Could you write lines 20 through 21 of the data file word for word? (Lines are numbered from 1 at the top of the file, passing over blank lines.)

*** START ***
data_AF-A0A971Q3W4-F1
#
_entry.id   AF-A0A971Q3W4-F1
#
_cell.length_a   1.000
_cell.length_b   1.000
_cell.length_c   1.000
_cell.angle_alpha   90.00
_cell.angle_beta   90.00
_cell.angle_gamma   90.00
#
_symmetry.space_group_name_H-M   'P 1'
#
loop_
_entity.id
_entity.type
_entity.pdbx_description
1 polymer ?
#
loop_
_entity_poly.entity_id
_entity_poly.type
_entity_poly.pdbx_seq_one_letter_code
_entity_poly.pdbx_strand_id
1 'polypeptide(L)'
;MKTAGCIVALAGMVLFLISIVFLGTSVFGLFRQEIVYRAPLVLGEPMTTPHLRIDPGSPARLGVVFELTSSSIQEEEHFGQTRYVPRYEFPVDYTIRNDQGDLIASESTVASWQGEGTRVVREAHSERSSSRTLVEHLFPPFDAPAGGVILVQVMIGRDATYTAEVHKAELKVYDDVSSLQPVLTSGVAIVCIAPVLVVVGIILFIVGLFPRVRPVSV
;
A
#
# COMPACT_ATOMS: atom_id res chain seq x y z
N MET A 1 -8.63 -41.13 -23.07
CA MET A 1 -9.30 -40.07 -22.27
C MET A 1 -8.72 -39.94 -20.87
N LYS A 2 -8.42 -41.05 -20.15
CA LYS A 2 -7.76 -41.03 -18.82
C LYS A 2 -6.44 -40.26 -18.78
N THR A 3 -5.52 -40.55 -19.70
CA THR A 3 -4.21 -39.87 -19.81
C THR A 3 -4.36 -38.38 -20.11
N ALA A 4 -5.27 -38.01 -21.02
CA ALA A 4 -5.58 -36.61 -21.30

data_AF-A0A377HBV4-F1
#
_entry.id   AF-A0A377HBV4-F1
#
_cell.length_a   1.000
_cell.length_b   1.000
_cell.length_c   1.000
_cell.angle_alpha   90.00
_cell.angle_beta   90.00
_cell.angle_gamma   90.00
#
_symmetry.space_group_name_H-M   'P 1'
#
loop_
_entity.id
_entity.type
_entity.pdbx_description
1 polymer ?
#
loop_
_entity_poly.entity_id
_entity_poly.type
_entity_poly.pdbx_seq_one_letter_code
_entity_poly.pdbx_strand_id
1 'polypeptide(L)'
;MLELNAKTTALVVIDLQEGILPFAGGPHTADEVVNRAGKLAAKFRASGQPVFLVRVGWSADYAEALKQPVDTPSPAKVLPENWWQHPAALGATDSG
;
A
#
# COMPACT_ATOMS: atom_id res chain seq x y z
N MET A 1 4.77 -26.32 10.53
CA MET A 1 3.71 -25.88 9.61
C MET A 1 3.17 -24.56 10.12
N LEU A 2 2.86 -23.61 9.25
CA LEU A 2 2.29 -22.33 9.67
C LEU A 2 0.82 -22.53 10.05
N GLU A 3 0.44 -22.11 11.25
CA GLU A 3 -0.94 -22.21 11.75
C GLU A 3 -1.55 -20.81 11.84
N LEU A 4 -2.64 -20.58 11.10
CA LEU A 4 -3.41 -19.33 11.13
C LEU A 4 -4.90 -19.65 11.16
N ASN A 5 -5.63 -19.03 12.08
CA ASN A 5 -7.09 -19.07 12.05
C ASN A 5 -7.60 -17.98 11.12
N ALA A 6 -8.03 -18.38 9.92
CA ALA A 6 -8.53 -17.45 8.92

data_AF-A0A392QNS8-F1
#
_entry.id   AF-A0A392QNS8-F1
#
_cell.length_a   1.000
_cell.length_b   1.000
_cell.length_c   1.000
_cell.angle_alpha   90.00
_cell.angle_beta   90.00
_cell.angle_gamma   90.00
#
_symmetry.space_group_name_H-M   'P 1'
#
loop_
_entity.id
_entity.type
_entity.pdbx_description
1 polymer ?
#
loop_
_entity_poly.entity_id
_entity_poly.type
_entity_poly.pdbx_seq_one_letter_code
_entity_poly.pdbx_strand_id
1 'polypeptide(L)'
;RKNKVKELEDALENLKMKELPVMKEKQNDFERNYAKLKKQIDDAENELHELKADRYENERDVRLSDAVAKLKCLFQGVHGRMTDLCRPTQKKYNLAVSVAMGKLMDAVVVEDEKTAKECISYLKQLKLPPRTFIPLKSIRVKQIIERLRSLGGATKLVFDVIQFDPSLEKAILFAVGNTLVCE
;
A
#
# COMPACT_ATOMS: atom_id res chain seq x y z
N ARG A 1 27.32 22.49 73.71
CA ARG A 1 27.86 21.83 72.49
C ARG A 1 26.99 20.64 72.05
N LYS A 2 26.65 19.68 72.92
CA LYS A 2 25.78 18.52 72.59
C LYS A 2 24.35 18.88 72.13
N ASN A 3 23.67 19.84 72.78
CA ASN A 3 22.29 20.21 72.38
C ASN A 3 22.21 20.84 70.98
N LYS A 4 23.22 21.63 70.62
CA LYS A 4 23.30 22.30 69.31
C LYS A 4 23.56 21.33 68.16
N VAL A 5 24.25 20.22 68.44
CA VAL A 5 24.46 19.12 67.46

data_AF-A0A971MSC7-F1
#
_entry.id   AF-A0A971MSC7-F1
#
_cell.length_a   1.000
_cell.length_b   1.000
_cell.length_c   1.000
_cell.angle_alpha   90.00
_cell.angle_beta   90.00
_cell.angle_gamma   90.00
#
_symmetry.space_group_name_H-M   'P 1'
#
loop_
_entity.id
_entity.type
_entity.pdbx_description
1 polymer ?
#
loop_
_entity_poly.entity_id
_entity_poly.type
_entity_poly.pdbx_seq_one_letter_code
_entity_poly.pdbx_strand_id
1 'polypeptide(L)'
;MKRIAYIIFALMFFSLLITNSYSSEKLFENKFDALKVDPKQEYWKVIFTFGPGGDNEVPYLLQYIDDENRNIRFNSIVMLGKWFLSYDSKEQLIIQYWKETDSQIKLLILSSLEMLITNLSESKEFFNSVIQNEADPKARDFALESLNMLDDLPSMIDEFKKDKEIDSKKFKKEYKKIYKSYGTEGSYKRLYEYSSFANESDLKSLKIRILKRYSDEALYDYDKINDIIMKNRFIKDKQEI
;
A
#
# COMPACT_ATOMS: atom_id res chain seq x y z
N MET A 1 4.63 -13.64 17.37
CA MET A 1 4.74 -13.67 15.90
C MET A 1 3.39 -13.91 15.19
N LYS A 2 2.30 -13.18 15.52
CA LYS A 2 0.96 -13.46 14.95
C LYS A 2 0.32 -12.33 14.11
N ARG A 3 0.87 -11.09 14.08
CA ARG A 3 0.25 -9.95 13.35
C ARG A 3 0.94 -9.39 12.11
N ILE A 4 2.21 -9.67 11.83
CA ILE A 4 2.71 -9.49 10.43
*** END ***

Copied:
loop_
_entity_poly.entity_id